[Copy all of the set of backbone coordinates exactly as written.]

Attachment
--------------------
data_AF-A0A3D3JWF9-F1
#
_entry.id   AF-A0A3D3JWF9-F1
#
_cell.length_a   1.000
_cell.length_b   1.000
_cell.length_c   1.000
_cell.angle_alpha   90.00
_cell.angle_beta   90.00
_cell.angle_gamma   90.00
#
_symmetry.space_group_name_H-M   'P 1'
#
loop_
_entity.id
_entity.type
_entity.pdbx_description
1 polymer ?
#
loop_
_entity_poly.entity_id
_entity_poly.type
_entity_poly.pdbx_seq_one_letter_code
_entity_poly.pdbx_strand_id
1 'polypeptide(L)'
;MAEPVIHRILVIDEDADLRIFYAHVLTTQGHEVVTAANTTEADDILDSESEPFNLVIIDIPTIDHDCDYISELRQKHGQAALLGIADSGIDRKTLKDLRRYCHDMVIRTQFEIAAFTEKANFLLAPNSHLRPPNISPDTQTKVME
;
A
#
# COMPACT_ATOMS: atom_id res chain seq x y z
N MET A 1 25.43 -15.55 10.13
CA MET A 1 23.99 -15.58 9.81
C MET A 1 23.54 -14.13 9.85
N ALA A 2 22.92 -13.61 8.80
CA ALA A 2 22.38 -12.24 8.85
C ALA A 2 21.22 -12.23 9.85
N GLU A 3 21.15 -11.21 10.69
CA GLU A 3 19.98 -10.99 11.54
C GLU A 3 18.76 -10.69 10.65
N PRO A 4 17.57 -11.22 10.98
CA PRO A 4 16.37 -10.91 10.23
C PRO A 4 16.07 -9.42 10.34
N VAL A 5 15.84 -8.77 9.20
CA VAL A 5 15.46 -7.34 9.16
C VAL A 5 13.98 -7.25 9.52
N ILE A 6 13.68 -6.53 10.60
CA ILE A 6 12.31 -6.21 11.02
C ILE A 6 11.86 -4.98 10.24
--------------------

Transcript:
data_AF-A0A3D3JWF9-F1
#
_entry.id   AF-A0A3D3JWF9-F1
#
_cell.length_a   1.000
_cell.length_b   1.000
_cell.length_c   1.000
_cell.angle_alpha   90.00
_cell.angle_beta   90.00
_cell.angle_gamma   90.00
#
_symmetry.space_group_name_H-M   'P 1'
#
loop_
_entity.id
_entity.type
_entity.pdbx_description
1 polymer ?
#
loop_
_entity_poly.entity_id
_entity_poly.type
_entity_poly.pdbx_seq_one_letter_code
_entity_poly.pdbx_strand_id
1 'polypeptide(L)'
;MAEPVIHRILVIDEDADLRIFYAHVLTTQGHEVVTAANTTEADDILDSESEPFNLVIIDIPTIDHDCDYISELRQKHGQAALLGIADSGIDRKTLKDLRRYCHDMVIRTQFEIAAFTEKANFLLAPNSHLRPPNISPDTQTKVME
;
A
#
# COMPACT_ATOMS: atom_id res chain seq x y z
N MET A 1 25.43 -15.55 10.13
CA MET A 1 23.99 -15.58 9.81
C MET A 1 23.54 -14.13 9.85
N ALA A 2 22.92 -13.61 8.80
CA ALA A 2 22.38 -12.24 8.85
C ALA A 2 21.22 -12.23 9.85
N GLU A 3 21.15 -11.21 10.69
CA GLU A 3 19.98 -10.99 11.54
C GLU A 3 18.76 -10.69 10.65
N PRO A 4 17.57 -11.22 10.98
CA PRO A 4 16.37 -10.91 10.23
C PRO A 4 16.07 -9.42 10.34
N VAL A 5 15.84 -8.77 9.20
CA VAL A 5 15.46 -7.34 9.16
C VAL A 5 13.98 -7.25 9.52
N ILE A 6 13.68 -6.53 10.60
CA ILE A 6 12.31 -6.21 11.02
C ILE A 6 11.86 -4.98 10.24